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timtyler comments on Max Tegmark on our place in history: "We're Not Insignificant After All" - Less Wrong

18 [deleted] 04 January 2010 12:02AM

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Comment author: timtyler 04 January 2010 09:29:00PM 4 points [-]

It seems like a weak argument to me: living systems typically invade all available niches - if they are here, we would see them.

For a much better argument, consider:

http://en.wikipedia.org/wiki/Fermi_paradox#Intelligent_civilizations_are_too_far_apart_in_space_or_time

Comment deleted 05 January 2010 11:51:22AM [-]
Comment author: timtyler 05 January 2010 06:51:31PM 0 points [-]

Superintelligent agents can be expected to evolve out of systems that evolved by random mutations.

The systems that they evolved from can be expected to have goals that result in tracking down and utililising every available source of negentropy.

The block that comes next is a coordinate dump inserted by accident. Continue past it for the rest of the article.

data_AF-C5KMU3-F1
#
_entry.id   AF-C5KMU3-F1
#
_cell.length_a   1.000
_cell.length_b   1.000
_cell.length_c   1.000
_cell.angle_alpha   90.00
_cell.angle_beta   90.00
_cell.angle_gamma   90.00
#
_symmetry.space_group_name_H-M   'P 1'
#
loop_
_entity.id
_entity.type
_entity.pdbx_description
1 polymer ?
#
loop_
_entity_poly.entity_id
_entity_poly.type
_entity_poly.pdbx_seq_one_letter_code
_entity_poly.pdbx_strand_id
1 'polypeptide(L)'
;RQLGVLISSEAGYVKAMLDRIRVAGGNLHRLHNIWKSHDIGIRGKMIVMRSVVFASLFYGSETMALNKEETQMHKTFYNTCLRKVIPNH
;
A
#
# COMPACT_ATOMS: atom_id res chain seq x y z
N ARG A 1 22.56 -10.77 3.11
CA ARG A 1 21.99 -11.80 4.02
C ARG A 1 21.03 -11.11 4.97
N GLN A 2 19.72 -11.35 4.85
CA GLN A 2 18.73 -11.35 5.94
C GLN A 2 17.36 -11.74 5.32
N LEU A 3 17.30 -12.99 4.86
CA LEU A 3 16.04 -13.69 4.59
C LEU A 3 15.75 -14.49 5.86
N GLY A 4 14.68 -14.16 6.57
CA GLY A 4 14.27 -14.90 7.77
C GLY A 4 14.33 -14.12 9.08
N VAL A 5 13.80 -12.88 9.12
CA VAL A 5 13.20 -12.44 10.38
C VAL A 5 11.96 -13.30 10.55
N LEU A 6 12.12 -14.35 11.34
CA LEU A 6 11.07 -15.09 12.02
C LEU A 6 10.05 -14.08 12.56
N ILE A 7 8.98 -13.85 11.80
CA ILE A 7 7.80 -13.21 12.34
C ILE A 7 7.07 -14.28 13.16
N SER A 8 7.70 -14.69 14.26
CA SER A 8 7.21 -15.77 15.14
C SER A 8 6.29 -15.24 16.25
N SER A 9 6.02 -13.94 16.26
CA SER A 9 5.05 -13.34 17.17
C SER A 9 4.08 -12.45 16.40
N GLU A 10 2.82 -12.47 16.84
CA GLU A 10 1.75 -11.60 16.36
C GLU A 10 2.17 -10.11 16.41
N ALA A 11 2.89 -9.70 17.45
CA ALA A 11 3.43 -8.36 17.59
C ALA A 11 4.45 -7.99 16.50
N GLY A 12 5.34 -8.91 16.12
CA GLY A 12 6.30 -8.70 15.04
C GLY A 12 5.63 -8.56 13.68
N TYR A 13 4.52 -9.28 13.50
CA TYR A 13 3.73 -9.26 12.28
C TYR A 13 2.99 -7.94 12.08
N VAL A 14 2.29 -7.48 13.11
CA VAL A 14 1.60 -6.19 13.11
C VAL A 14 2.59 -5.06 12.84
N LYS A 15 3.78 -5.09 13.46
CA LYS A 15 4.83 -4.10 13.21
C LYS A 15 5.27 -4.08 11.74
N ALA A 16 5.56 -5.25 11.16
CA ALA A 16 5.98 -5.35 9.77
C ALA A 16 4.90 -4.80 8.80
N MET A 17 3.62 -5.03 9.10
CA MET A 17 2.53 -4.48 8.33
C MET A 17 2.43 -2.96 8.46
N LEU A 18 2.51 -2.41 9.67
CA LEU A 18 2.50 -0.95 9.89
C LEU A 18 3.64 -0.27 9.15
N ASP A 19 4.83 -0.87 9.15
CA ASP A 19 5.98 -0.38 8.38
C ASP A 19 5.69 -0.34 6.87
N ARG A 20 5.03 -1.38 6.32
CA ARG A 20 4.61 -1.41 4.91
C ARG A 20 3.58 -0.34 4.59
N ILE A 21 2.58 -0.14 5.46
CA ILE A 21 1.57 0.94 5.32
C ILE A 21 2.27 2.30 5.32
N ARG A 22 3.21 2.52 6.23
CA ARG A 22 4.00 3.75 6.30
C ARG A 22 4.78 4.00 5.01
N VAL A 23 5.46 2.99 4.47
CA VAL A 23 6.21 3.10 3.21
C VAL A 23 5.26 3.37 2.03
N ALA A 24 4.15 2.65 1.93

They will build superintelligent agents to help them attain these goals - and so the resulting systems are likely to be even better at tracking down and utilising negentropy than the original systems were - since they will pursue the same ends with greater competence.

Systems with radically different goals are not logically impossible. I call those "handicapped superintelligences". If they ever meet any other agents, it seems that they will be at a disadvantage - since nature disapproves of deviations from god's utility function.

Comment deleted 05 January 2010 07:24:24PM [-]